The judge who presided over The People’s Court
Joseph Wapner 1919–2017
Joseph Wapner was the original TV judge. As the star of the much-loved daytime show The People’s Court from 1981 to 1993, the former municipal judge settled disputes between reallife plaintiffs and defendants from California’s small-claims courts. The cases were never big legal issues: They involved disputes over missing pets, haircuts gone wrong, and encroaching fences. But viewers loved the fairness and firmness with which Wapner presided over his court. When a litigant told him, “I’m not through, Your Honor,” the judge replied, “Well, now you are.” The success of The People’s Court, regularly watched by 20 million viewers, inspired dozens of legal reality TV programs. “All the judges watched Judge Wapner,” said Judith Sheindlin, better known as TV’s Judge Judy. “All America at one point or another watched Judge Wapner.”
Born in Los Angeles, Wapner “initially wanted to be an actor—until a theater director at Hollywood High School said he had no talent,” said The Washington Post. He served in the Army for four years during World War II—receiving a Bronze Star and a Purple Heart—then studied law at the University of Southern California. After a decade in private practice, Wapner joined the Los Angeles Municipal Court and then the Los Angeles Superior Court. “His peers elected him presiding judge several times, giving him oversight of more than 200 judges.” Wapner retired from the bench in 1979, and The People’s Court debuted two years later, said The New York Times. The syndicated show made Wapner the most famous judge in America. A 1989 survey found that while two-thirds of Americans couldn’t name a single Supreme Court justice, 54 percent could identify Wapner.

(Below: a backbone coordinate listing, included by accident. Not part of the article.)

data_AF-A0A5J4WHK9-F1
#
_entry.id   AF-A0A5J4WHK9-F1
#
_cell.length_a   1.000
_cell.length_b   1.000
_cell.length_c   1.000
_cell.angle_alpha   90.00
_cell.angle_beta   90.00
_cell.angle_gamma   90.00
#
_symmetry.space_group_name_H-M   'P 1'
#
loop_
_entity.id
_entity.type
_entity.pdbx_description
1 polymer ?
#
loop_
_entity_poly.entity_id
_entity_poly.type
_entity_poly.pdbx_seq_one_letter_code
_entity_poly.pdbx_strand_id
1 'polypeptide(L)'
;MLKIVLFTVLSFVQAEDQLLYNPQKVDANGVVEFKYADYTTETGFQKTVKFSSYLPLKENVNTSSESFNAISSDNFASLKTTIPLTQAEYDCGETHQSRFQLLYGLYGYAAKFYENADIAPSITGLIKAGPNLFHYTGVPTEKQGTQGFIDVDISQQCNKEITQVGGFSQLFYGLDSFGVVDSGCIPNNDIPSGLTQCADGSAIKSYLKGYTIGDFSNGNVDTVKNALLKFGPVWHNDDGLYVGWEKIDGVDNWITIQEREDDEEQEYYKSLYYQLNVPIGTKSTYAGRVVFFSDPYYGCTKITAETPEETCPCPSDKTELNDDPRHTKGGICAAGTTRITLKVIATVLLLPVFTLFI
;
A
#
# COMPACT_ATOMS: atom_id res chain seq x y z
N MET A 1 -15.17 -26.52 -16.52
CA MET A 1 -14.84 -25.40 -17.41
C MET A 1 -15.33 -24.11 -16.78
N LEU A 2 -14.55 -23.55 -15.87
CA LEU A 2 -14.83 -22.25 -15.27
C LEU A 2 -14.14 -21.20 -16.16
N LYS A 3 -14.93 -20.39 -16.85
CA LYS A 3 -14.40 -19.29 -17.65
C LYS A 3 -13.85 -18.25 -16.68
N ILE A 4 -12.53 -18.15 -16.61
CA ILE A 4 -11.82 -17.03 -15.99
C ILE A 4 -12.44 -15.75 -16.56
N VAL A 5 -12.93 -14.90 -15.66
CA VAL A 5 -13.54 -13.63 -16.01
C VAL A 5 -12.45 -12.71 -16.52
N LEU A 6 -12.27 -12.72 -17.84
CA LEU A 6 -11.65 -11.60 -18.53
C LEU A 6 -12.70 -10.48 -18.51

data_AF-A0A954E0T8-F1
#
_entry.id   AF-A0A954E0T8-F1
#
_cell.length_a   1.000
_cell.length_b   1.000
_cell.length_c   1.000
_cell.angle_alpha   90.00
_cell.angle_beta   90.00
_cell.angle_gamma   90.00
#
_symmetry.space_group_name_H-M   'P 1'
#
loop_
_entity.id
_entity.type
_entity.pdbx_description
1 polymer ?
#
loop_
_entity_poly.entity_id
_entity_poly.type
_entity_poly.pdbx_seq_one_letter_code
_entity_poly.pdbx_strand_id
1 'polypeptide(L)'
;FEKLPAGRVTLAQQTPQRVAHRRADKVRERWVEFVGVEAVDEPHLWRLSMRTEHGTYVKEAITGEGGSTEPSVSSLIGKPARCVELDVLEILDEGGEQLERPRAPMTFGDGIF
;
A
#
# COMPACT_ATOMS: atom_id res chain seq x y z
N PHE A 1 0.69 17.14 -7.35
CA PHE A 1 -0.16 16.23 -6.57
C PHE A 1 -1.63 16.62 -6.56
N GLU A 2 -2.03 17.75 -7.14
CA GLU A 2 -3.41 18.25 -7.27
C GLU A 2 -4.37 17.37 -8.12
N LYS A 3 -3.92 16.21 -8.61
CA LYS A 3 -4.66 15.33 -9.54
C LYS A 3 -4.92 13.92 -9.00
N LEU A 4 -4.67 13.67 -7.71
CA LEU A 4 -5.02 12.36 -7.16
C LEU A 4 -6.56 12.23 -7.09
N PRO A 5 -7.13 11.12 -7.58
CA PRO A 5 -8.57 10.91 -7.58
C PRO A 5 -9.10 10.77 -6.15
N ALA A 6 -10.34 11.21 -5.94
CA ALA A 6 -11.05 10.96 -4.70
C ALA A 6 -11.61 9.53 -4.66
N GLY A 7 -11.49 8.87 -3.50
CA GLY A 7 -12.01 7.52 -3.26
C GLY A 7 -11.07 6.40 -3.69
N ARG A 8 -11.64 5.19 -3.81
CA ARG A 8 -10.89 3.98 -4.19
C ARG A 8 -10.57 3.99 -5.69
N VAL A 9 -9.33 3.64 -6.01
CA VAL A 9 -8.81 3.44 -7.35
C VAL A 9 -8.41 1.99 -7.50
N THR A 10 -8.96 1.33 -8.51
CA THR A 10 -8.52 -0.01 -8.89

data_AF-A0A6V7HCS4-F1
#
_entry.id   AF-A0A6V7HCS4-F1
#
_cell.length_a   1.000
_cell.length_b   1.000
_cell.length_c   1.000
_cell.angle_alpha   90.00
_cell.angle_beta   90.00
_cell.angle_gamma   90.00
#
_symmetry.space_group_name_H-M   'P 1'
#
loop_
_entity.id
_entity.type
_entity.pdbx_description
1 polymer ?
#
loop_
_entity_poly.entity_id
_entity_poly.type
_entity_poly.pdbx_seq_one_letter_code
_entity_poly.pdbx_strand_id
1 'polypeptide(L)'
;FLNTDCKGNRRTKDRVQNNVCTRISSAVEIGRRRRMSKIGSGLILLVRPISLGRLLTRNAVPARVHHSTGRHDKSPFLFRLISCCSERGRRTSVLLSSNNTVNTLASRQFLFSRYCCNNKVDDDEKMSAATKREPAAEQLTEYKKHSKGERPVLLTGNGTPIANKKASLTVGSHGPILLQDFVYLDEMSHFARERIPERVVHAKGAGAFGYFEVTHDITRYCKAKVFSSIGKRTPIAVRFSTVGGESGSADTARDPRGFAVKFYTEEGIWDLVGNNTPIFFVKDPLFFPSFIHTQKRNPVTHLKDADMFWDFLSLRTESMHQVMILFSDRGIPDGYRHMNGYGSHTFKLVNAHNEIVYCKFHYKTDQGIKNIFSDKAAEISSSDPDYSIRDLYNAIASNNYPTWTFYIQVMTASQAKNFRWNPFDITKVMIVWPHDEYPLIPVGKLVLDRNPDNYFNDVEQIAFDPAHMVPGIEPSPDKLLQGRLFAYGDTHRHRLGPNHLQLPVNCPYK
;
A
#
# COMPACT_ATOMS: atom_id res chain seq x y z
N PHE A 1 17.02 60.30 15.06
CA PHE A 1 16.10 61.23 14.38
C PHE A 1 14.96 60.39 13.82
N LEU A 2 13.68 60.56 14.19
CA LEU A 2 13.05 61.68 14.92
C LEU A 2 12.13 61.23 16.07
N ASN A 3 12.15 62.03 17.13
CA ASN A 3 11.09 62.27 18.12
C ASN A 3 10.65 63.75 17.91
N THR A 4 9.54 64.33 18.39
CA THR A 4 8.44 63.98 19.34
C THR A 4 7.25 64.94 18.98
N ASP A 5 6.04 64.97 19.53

He stepped down from The People’s Court in 1993, said The Hollywood Reporter, but returned as a guest judge in 2009 “in honor of his 90th birthday.” Although Wapner realized people watched his show as entertainment, he was proud to have made the legal system more understandable for ordinary Americans. “People think I’m kind and considerate, and that I listen and evaluate, and give each party a chance to talk,” he once said. “The public’s perception of judges seems to be improving because of what I’m doing. That makes me happy.”